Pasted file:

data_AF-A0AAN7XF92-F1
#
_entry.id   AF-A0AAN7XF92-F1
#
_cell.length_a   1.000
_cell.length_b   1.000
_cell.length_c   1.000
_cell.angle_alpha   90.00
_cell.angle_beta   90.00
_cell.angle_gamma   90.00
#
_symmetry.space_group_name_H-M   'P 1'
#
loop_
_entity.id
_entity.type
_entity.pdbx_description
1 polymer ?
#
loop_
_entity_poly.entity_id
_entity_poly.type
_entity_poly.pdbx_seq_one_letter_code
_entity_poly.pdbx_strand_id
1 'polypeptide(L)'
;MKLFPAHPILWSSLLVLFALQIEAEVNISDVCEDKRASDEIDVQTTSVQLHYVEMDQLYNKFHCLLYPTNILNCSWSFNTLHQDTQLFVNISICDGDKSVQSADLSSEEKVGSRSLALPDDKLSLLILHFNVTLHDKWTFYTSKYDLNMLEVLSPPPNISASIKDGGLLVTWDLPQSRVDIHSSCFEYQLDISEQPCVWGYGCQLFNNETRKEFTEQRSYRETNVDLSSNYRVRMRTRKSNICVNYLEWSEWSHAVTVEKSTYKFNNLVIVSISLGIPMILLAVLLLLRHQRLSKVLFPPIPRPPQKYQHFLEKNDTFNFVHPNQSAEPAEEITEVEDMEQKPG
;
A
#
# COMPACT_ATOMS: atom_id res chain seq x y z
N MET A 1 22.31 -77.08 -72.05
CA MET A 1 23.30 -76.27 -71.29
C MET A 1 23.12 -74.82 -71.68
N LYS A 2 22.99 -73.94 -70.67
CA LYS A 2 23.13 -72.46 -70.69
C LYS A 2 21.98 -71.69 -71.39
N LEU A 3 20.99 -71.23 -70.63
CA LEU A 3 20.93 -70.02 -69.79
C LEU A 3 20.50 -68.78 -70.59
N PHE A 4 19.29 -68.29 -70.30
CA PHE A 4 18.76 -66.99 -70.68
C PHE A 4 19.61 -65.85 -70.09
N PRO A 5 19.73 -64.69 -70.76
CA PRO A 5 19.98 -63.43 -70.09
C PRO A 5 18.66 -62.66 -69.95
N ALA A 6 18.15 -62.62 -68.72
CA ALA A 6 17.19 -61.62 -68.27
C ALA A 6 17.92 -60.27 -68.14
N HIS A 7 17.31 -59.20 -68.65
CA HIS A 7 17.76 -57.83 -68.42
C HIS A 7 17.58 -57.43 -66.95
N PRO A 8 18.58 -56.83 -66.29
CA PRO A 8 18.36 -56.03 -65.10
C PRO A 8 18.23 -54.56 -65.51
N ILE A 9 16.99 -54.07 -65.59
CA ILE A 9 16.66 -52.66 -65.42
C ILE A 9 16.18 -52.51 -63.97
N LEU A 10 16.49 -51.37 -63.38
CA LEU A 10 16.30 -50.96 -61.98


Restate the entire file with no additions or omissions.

data_AF-A0AAN7XF92-F1
#
_entry.id   AF-A0AAN7XF92-F1
#
_cell.length_a   1.000
_cell.length_b   1.000
_cell.length_c   1.000
_cell.angle_alpha   90.00
_cell.angle_beta   90.00
_cell.angle_gamma   90.00
#
_symmetry.space_group_name_H-M   'P 1'
#
loop_
_entity.id
_entity.type
_entity.pdbx_description
1 polymer ?
#
loop_
_entity_poly.entity_id
_entity_poly.type
_entity_poly.pdbx_seq_one_letter_code
_entity_poly.pdbx_strand_id
1 'polypeptide(L)'
;MKLFPAHPILWSSLLVLFALQIEAEVNISDVCEDKRASDEIDVQTTSVQLHYVEMDQLYNKFHCLLYPTNILNCSWSFNTLHQDTQLFVNISICDGDKSVQSADLSSEEKVGSRSLALPDDKLSLLILHFNVTLHDKWTFYTSKYDLNMLEVLSPPPNISASIKDGGLLVTWDLPQSRVDIHSSCFEYQLDISEQPCVWGYGCQLFNNETRKEFTEQRSYRETNVDLSSNYRVRMRTRKSNICVNYLEWSEWSHAVTVEKSTYKFNNLVIVSISLGIPMILLAVLLLLRHQRLSKVLFPPIPRPPQKYQHFLEKNDTFNFVHPNQSAEPAEEITEVEDMEQKPG
;
A
#
# COMPACT_ATOMS: atom_id res chain seq x y z
N MET A 1 22.31 -77.08 -72.05
CA MET A 1 23.30 -76.27 -71.29
C MET A 1 23.12 -74.82 -71.68
N LYS A 2 22.99 -73.94 -70.67
CA LYS A 2 23.13 -72.46 -70.69
C LYS A 2 21.98 -71.69 -71.39
N LEU A 3 20.99 -71.23 -70.63
CA LEU A 3 20.93 -70.02 -69.79
C LEU A 3 20.50 -68.78 -70.59
N PHE A 4 19.29 -68.29 -70.30
CA PHE A 4 18.76 -66.99 -70.68
C PHE A 4 19.61 -65.85 -70.09
N PRO A 5 19.73 -64.69 -70.76
CA PRO A 5 19.98 -63.43 -70.09
C PRO A 5 18.66 -62.66 -69.95
N ALA A 6 18.15 -62.62 -68.72
CA ALA A 6 17.19 -61.62 -68.27
C ALA A 6 17.92 -60.27 -68.14
N HIS A 7 17.31 -59.20 -68.65
CA HIS A 7 17.76 -57.83 -68.42
C HIS A 7 17.58 -57.43 -66.95
N PRO A 8 18.58 -56.83 -66.29
CA PRO A 8 18.36 -56.03 -65.10
C PRO A 8 18.23 -54.56 -65.51
N ILE A 9 16.99 -54.07 -65.59
CA ILE A 9 16.66 -52.66 -65.42
C ILE A 9 16.18 -52.51 -63.97
N LEU A 10 16.49 -51.37 -63.38
CA LEU A 10 16.30 -50.96 -61.98